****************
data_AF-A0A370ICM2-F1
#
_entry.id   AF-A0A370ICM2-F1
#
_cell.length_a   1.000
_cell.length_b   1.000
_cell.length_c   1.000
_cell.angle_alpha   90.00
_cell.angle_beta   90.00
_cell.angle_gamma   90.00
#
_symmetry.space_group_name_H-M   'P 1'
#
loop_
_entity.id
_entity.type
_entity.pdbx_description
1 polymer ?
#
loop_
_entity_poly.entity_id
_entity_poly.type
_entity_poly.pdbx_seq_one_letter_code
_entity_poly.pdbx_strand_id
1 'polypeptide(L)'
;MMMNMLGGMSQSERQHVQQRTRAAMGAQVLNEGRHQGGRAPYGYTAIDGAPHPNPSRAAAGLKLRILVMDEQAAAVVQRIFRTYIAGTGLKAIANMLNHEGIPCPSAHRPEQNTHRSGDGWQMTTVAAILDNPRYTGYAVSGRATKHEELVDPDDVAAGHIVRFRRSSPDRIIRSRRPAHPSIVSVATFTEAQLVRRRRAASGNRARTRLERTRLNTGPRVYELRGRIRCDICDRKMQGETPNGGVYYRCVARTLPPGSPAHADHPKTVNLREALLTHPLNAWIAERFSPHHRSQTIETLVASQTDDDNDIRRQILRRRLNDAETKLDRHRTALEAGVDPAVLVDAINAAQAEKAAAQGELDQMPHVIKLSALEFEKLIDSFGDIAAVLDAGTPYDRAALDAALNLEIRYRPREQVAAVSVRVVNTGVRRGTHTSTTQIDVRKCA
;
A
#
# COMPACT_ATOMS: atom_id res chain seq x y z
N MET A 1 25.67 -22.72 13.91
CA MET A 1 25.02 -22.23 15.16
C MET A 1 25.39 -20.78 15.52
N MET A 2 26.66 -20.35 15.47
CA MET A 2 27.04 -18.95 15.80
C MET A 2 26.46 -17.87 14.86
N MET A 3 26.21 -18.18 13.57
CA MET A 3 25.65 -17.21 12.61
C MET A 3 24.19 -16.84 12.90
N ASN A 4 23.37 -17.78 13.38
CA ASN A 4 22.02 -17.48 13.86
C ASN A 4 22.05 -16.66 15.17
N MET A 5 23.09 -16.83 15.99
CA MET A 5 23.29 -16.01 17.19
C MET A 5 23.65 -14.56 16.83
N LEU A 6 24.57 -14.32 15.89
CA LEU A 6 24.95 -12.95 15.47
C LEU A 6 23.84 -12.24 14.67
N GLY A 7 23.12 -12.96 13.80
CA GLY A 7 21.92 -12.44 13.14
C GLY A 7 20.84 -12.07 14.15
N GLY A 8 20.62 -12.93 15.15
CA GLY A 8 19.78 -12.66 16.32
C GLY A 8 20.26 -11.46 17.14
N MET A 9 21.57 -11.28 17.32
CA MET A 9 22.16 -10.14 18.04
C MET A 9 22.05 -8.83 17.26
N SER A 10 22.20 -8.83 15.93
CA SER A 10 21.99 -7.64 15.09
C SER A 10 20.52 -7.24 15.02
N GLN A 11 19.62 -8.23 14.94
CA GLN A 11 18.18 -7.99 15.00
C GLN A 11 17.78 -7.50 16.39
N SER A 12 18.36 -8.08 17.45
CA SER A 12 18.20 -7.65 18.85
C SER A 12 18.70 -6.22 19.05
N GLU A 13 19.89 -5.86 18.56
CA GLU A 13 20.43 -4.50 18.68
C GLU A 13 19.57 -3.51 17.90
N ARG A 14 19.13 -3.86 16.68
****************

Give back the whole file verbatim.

data_AF-A0A370ICM2-F1
#
_entry.id   AF-A0A370ICM2-F1
#
_cell.length_a   1.000
_cell.length_b   1.000
_cell.length_c   1.000
_cell.angle_alpha   90.00
_cell.angle_beta   90.00
_cell.angle_gamma   90.00
#
_symmetry.space_group_name_H-M   'P 1'
#
loop_
_entity.id
_entity.type
_entity.pdbx_description
1 polymer ?
#
loop_
_entity_poly.entity_id
_entity_poly.type
_entity_poly.pdbx_seq_one_letter_code
_entity_poly.pdbx_strand_id
1 'polypeptide(L)'
;MMMNMLGGMSQSERQHVQQRTRAAMGAQVLNEGRHQGGRAPYGYTAIDGAPHPNPSRAAAGLKLRILVMDEQAAAVVQRIFRTYIAGTGLKAIANMLNHEGIPCPSAHRPEQNTHRSGDGWQMTTVAAILDNPRYTGYAVSGRATKHEELVDPDDVAAGHIVRFRRSSPDRIIRSRRPAHPSIVSVATFTEAQLVRRRRAASGNRARTRLERTRLNTGPRVYELRGRIRCDICDRKMQGETPNGGVYYRCVARTLPPGSPAHADHPKTVNLREALLTHPLNAWIAERFSPHHRSQTIETLVASQTDDDNDIRRQILRRRLNDAETKLDRHRTALEAGVDPAVLVDAINAAQAEKAAAQGELDQMPHVIKLSALEFEKLIDSFGDIAAVLDAGTPYDRAALDAALNLEIRYRPREQVAAVSVRVVNTGVRRGTHTSTTQIDVRKCA
;
A
#
# COMPACT_ATOMS: atom_id res chain seq x y z
N MET A 1 25.67 -22.72 13.91
CA MET A 1 25.02 -22.23 15.16
C MET A 1 25.39 -20.78 15.52
N MET A 2 26.66 -20.35 15.47
CA MET A 2 27.04 -18.95 15.80
C MET A 2 26.46 -17.87 14.86
N MET A 3 26.21 -18.18 13.57
CA MET A 3 25.65 -17.21 12.61
C MET A 3 24.19 -16.84 12.90
N ASN A 4 23.37 -17.78 13.38
CA ASN A 4 22.02 -17.48 13.86
C ASN A 4 22.05 -16.66 15.17
N MET A 5 23.09 -16.83 15.99
CA MET A 5 23.29 -16.01 17.19
C MET A 5 23.65 -14.56 16.83
N LEU A 6 24.57 -14.32 15.89
CA LEU A 6 24.95 -12.95 15.47
C LEU A 6 23.84 -12.24 14.67
N GLY A 7 23.12 -12.96 13.80
CA GLY A 7 21.92 -12.44 13.14
C GLY A 7 20.84 -12.07 14.15
N GLY A 8 20.62 -12.93 15.15
CA GLY A 8 19.78 -12.66 16.32
C GLY A 8 20.26 -11.46 17.14
N MET A 9 21.57 -11.28 17.32
CA MET A 9 22.16 -10.14 18.04
C MET A 9 22.05 -8.83 17.26
N SER A 10 22.20 -8.83 15.93
CA SER A 10 21.99 -7.64 15.09
C SER A 10 20.52 -7.24 15.02
N GLN A 11 19.62 -8.23 14.94
CA GLN A 11 18.18 -7.99 15.00
C GLN A 11 17.78 -7.50 16.39
N SER A 12 18.36 -8.08 17.45
CA SER A 12 18.20 -7.65 18.85
C SER A 12 18.70 -6.22 19.05
N GLU A 13 19.89 -5.86 18.56
CA GLU A 13 20.43 -4.50 18.68
C GLU A 13 19.57 -3.51 17.90
N ARG A 14 19.13 -3.86 16.68